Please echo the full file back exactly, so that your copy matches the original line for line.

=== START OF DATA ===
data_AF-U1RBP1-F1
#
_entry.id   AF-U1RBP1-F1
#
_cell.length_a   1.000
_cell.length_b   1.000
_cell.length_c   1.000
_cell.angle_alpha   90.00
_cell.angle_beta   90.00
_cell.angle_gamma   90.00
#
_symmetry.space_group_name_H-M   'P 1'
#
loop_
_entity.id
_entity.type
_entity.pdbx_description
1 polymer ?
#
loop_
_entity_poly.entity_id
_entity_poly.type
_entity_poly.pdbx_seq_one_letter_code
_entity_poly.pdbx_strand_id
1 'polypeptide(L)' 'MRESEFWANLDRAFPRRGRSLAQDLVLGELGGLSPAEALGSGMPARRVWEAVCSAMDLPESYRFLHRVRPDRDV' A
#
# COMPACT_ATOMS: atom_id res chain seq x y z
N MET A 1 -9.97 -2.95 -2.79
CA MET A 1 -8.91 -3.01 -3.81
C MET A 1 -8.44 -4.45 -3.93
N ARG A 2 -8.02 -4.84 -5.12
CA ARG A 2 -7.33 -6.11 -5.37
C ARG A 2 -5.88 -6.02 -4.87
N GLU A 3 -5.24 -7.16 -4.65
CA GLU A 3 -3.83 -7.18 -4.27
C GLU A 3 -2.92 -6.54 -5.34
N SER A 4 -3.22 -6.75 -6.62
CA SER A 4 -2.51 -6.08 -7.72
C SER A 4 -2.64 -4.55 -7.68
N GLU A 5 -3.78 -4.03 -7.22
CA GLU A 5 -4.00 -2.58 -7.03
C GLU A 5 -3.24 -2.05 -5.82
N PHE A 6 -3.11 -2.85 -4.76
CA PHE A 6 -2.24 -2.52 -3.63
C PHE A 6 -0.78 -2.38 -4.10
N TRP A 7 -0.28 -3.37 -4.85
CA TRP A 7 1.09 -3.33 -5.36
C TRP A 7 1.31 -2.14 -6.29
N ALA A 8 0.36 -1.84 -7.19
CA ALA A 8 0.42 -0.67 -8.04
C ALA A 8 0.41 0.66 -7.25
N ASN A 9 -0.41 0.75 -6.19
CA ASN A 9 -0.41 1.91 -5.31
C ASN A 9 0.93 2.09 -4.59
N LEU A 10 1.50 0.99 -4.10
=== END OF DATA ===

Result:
data_AF-U1RBP1-F1
#
_entry.id   AF-U1RBP1-F1
#
_cell.length_a   1.000
_cell.length_b   1.000
_cell.length_c   1.000
_cell.angle_alpha   90.00
_cell.angle_beta   90.00
_cell.angle_gamma   90.00
#
_symmetry.space_group_name_H-M   'P 1'
#
loop_
_entity.id
_entity.type
_entity.pdbx_description
1 polymer ?
#
loop_
_entity_poly.entity_id
_entity_poly.type
_entity_poly.pdbx_seq_one_letter_code
_entity_poly.pdbx_strand_id
1 'polypeptide(L)' 'MRESEFWANLDRAFPRRGRSLAQDLVLGELGGLSPAEALGSGMPARRVWEAVCSAMDLPESYRFLHRVRPDRDV' A
#
# COMPACT_ATOMS: atom_id res chain seq x y z
N MET A 1 -9.97 -2.95 -2.79
CA MET A 1 -8.91 -3.01 -3.81
C MET A 1 -8.44 -4.45 -3.93
N ARG A 2 -8.02 -4.84 -5.12
CA ARG A 2 -7.33 -6.11 -5.37
C ARG A 2 -5.88 -6.02 -4.87
N GLU A 3 -5.24 -7.16 -4.65
CA GLU A 3 -3.83 -7.18 -4.27
C GLU A 3 -2.92 -6.54 -5.34
N SER A 4 -3.22 -6.75 -6.62
CA SER A 4 -2.51 -6.08 -7.72
C SER A 4 -2.64 -4.55 -7.68
N GLU A 5 -3.78 -4.03 -7.22
CA GLU A 5 -4.00 -2.58 -7.03
C GLU A 5 -3.24 -2.05 -5.82
N PHE A 6 -3.11 -2.85 -4.76
CA PHE A 6 -2.24 -2.52 -3.63
C PHE A 6 -0.78 -2.38 -4.10
N TRP A 7 -0.28 -3.37 -4.85
CA TRP A 7 1.09 -3.33 -5.36
C TRP A 7 1.31 -2.14 -6.29
N ALA A 8 0.36 -1.84 -7.19
CA ALA A 8 0.42 -0.67 -8.04
C ALA A 8 0.41 0.66 -7.25
N ASN A 9 -0.41 0.75 -6.19
CA ASN A 9 -0.41 1.91 -5.31
C ASN A 9 0.93 2.09 -4.59
N LEU A 10 1.50 0.99 -4.10